March 13, 2017 (San Diego) The Congressional Budget Office (CBO) has released the score for the American Healthcare Act (AHCA), dubbed “Trumpcare.” The score
The estimate has the following information, which is a higher number than even that of the Kaiser Foundation.
CBO and JCT estimate that, in 2018, 14 million more people would be uninsured under the legislation than under current law. Most of that increase would stem from repealing the penalties associated with the individual mandate. Some of those people would choose not to have insurance because they chose to be covered by insurance under current law only to avoid paying the penalties, and some people would forgo insurance in response to higher premiums.
Later, following additional changes to subsidies for insurance purchased in the nongroup market and to the Medicaid program, the increase in the number of uninsured people relative to the number under current law would rise to 21 million in 2020 and then to 24 million in 2026. The reductions in insurance coverage between 2018 and 2026 would stem in large part from changes in Medicaid enrollment—because some states would discontinue their expansion of eligibility, some states that would have expanded eligibility in the future would choose not to do so, and per-enrollee spending in the program would be capped. In 2026, an estimated 52 million people would be uninsured, compared with 28 million who would lack insurance that year under current law.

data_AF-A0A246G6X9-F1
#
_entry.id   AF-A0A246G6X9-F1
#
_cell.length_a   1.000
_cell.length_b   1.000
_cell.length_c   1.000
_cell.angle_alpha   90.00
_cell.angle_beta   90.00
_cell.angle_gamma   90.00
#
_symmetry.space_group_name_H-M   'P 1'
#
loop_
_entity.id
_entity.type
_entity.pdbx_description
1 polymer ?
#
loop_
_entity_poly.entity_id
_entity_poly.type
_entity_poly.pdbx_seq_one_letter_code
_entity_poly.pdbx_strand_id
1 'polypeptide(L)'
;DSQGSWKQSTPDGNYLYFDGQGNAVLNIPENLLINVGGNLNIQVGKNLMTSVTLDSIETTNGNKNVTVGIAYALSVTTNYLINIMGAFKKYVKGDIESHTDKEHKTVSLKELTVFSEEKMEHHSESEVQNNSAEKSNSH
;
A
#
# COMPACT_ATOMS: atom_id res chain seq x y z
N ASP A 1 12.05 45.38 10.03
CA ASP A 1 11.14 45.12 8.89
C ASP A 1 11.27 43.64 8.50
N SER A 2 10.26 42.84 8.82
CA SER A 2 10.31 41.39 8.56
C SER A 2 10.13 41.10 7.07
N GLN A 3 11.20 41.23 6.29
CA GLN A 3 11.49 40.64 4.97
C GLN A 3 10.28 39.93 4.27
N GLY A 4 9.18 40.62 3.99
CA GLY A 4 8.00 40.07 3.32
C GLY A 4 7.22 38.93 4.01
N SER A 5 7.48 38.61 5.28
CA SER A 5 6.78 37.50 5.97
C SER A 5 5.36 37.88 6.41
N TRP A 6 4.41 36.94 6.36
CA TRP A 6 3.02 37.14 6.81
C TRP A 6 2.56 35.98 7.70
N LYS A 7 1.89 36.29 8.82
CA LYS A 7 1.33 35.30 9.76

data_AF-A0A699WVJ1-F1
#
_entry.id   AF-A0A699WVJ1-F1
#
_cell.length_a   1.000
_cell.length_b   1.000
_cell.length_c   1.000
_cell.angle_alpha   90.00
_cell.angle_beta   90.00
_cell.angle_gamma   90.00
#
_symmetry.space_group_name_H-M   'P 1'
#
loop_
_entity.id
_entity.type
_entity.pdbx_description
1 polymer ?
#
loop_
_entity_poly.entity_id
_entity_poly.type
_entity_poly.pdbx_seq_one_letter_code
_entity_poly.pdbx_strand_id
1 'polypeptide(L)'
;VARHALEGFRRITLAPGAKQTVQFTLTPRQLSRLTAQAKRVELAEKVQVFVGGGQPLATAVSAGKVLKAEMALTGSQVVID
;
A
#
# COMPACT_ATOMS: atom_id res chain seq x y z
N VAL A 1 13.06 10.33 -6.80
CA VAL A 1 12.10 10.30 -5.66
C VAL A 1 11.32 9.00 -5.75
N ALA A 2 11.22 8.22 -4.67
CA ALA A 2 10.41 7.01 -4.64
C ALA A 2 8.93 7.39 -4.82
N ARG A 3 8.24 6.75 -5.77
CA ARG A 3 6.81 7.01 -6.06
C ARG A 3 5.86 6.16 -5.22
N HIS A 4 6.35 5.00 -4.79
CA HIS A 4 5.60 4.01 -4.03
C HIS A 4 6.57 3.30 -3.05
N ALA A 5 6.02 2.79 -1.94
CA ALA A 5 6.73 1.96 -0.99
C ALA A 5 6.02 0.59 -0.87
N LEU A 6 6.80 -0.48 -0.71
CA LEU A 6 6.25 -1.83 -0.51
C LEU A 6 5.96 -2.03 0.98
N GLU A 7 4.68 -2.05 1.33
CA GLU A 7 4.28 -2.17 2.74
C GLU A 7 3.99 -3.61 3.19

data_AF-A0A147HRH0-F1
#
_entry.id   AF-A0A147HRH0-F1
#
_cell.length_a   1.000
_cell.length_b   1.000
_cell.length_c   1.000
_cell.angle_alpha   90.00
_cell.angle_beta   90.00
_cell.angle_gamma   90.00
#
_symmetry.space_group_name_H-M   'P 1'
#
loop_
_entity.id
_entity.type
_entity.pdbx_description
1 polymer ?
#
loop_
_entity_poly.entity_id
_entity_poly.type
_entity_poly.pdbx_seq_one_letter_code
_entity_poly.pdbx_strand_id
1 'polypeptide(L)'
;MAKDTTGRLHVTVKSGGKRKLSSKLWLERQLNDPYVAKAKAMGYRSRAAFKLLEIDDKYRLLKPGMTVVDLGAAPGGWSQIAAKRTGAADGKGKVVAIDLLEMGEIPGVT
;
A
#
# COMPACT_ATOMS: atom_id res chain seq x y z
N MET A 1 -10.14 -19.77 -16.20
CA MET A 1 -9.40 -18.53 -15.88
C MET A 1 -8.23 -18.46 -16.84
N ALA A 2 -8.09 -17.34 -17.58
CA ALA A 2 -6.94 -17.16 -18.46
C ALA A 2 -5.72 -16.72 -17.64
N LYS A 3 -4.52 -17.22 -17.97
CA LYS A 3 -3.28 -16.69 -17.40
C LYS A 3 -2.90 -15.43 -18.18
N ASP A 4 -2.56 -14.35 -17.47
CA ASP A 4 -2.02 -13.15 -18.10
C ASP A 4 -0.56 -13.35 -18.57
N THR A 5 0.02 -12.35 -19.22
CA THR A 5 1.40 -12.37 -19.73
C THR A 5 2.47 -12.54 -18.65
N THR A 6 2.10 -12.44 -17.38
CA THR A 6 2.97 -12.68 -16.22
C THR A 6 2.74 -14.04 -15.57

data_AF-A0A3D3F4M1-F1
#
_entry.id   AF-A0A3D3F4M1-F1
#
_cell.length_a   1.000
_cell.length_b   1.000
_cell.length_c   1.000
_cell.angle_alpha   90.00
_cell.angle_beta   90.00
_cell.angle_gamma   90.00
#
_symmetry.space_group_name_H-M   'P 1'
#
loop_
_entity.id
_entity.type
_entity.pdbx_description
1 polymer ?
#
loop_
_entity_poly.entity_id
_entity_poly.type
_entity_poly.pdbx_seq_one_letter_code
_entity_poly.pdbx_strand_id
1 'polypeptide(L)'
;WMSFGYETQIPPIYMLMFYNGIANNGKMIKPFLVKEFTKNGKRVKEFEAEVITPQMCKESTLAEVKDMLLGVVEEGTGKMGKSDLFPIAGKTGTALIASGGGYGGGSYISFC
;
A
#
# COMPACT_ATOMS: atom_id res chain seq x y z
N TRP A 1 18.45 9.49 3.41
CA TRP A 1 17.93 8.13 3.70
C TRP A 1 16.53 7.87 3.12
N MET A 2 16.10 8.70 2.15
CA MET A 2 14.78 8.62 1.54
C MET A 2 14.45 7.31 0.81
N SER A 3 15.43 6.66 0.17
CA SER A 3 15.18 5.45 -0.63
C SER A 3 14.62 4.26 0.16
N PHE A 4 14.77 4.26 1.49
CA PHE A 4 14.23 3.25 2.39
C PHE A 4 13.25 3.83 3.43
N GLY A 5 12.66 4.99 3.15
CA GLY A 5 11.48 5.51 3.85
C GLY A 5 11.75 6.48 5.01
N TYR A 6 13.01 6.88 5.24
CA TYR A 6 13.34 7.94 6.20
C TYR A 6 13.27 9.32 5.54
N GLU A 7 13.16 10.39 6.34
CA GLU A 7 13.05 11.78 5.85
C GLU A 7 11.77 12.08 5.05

Let me repeat this. According to the CBO 24 million people, who otherwise would have insurance under the Affordable Care Act (ACA) in 2026 will not. This is pretty bad news since both the president and Congress ran on a platform that this would not happen.
However, the economic effect is one fiscal conservative will like. This from the report: “CBO and JCT estimate that enacting the legislation would reduce federal deficits by $337 billion over the 2017-2026 period. That total consists of $323 billion in on-budget savings and $13 billion in off-budget savings. Outlays would be reduced by $1.2 trillion over the period, and revenues would be reduced by $0.9 trillion.”
So the promise that this would cover more people for less cost is simply not going to happen, according to the CBO. However, Speaker Paul Ryan sees this as encouraging. It will not force people to get insurance they do not want to have.
However, the increase in costs is going to continue for at least another two years, while the CBO estimates that we will see a 10 percent decrease later on.
There is another note of caution. These estimates usually include a macroeconomic component. This does not have it since it was very rushed. So we will have to look at the earlier estimates issued in February. They pointed to possible recessionary conditions due to job losses. Moreover, they were consistent on the 24 million who would lose coverage by 2026. In that case, this is 2025.